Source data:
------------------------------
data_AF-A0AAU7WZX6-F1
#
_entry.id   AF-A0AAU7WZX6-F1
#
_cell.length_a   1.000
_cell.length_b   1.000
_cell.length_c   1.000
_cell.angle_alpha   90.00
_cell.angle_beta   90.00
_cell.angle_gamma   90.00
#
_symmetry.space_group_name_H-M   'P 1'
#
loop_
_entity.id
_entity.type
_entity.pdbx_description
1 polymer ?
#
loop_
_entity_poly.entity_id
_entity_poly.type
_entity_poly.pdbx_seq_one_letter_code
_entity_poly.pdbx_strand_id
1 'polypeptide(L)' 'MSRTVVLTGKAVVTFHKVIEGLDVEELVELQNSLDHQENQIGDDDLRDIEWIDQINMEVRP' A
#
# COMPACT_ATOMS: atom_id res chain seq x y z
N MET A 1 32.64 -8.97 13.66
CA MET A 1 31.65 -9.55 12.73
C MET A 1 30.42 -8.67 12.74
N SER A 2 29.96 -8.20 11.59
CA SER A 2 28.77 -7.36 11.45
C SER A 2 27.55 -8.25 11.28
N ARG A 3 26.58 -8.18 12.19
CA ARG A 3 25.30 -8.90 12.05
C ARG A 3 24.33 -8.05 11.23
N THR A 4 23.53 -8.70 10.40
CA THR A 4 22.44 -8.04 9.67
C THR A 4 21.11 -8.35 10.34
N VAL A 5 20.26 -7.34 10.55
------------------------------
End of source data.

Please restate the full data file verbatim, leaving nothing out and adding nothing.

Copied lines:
data_AF-A0AAU7WZX6-F1
#
_entry.id   AF-A0AAU7WZX6-F1
#
_cell.length_a   1.000
_cell.length_b   1.000
_cell.length_c   1.000
_cell.angle_alpha   90.00
_cell.angle_beta   90.00
_cell.angle_gamma   90.00
#
_symmetry.space_group_name_H-M   'P 1'
#
loop_
_entity.id
_entity.type
_entity.pdbx_description
1 polymer ?
#
loop_
_entity_poly.entity_id
_entity_poly.type
_entity_poly.pdbx_seq_one_letter_code
_entity_poly.pdbx_strand_id
1 'polypeptide(L)' 'MSRTVVLTGKAVVTFHKVIEGLDVEELVELQNSLDHQENQIGDDDLRDIEWIDQINMEVRP' A
#
# COMPACT_ATOMS: atom_id res chain seq x y z
N MET A 1 32.64 -8.97 13.66
CA MET A 1 31.65 -9.55 12.73
C MET A 1 30.42 -8.67 12.74
N SER A 2 29.96 -8.20 11.59
CA SER A 2 28.77 -7.36 11.45
C SER A 2 27.55 -8.25 11.28
N ARG A 3 26.58 -8.18 12.19
CA ARG A 3 25.30 -8.90 12.05
C ARG A 3 24.33 -8.05 11.23
N THR A 4 23.53 -8.70 10.40
CA THR A 4 22.44 -8.04 9.67
C THR A 4 21.11 -8.35 10.34
N VAL A 5 20.26 -7.34 10.55